Most often we decidedly pursue goals that enhance our own well-being or flourishing at the expense of other creatures well-being and flourishing. We live as to avoid suffering by default. Eating when we are hungry is no more a value than the avoidance of suffering.
Does this mean we have a Persuasion Problem with respect to medicine? No. Christian Scientists, homeopaths, voodoo priests, and the legions of the confused don’t get to vote on the principles of medicine.
We are morally autonomous beings therefore the persuasion problem remains. The vital difference between health and well-being is that the efficacy of medicine can be falsified and tested – both subjectively and objectively. The moral code of the Taliban can only be refuted postmortem! If the Qua ran is true, the Taliban will be vindicated! Morality is open to self deception whereas health is not. Health is not constrained by human volition in the same way as well-being. One cannot decide to be free of cancer as a matter of mere choice.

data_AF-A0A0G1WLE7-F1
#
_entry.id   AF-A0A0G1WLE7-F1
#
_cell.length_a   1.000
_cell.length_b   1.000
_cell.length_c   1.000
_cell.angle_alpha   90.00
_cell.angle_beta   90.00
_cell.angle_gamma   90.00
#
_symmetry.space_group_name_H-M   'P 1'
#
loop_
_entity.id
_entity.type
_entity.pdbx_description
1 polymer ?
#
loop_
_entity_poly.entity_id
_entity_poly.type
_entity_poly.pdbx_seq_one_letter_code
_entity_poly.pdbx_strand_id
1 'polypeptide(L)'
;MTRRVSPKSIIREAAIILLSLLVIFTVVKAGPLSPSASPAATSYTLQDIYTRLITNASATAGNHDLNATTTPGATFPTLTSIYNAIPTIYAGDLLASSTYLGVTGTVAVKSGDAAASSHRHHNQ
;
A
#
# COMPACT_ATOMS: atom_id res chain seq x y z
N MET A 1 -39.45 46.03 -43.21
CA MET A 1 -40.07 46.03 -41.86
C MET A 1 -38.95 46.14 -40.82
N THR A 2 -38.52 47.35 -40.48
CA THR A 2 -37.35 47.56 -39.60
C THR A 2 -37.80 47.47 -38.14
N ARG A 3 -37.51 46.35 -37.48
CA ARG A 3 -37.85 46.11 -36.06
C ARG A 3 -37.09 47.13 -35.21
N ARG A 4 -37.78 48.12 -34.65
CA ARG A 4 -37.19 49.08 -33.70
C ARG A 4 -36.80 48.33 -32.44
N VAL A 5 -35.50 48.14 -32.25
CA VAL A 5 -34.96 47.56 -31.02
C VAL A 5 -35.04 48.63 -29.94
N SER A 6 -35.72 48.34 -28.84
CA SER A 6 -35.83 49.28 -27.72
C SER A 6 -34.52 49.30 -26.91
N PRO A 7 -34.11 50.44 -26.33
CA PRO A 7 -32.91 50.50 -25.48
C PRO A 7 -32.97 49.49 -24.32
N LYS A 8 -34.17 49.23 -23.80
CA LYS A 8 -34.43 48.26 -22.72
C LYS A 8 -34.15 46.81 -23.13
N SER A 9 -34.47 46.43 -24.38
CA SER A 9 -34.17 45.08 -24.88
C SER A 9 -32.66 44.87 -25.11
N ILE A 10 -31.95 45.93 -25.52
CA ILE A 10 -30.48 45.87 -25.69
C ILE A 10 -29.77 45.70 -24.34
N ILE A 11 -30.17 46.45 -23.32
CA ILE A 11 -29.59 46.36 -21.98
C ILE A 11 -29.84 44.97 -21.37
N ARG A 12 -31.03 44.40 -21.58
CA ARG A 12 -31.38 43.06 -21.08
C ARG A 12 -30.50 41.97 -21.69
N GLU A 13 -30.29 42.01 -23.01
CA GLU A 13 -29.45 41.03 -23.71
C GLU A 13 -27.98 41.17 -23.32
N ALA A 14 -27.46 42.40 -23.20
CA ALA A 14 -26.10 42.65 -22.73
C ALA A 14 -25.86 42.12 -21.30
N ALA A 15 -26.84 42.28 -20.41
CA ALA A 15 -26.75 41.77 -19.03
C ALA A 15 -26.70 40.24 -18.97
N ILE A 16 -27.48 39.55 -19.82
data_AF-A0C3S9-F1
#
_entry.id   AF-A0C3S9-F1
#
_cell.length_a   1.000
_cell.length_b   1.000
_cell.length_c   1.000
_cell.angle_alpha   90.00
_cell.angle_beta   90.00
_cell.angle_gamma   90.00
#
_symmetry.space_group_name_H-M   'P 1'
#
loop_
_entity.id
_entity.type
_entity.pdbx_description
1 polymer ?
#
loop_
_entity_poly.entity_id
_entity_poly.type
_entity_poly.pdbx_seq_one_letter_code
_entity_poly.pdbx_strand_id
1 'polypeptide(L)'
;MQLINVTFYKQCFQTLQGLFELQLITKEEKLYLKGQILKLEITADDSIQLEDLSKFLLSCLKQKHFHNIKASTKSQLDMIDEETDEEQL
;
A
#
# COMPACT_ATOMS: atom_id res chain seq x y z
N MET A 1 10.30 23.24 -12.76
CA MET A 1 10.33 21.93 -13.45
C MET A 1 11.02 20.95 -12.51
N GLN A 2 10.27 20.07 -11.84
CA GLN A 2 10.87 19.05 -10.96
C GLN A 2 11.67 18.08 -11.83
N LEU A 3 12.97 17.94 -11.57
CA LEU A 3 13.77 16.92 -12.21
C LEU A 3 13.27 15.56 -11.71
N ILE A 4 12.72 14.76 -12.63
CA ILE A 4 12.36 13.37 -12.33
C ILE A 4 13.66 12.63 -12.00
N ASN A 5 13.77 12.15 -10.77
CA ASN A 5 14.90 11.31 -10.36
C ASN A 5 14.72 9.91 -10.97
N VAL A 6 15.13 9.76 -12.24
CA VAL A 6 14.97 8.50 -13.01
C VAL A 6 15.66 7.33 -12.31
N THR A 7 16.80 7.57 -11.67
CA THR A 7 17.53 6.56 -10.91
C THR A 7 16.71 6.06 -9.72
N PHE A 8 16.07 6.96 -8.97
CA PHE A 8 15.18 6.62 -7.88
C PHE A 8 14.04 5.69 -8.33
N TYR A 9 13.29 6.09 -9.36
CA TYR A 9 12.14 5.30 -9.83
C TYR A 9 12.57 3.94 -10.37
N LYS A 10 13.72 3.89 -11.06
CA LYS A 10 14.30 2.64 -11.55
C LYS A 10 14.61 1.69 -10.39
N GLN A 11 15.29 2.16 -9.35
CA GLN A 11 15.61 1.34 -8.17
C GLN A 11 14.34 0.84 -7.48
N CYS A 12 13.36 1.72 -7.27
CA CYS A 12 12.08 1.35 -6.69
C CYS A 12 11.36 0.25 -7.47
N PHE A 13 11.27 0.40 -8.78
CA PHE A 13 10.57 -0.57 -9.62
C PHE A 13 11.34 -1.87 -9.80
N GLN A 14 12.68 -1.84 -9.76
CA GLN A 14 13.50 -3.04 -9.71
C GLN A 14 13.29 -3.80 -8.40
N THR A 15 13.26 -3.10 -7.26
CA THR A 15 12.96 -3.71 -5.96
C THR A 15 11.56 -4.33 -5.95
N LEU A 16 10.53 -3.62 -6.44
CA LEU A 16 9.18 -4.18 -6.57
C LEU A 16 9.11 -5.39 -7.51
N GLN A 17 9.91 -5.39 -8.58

Harris makes no provision for the transcendent, justice is however a concept that is metaphysical – it occupies no space.
Max Planck, father of Quantum Theory, Admits something Harris will not:
Science cannot solve the ultimate mystery of nature
Harris reduces the totality of the human individual to a brain and its various states. If there is no personal, moral agency separate from the brain, then our choices ultimately have no moral significance and we are at the mercy of the brain.
Sir John Eccles described the brain as:
“A machine that a ghost can operate.”
If we were to transplant a brain from one body to another, would the identity be preserved and intact? Clearly not!
Dr. Wilder Penfield, described the brain as
“a computer programmed by something independent of itself, the mind.”
By Harris ‘s own admission, psychopaths, and hardened criminals can experience pleasure, while others – disgust – in response to identical variables.
Max Planck, “The Mystery of Our Being,” in Quantum Questions , ed. Ken Wilbur (Boston: New Science Library, 1984), 153.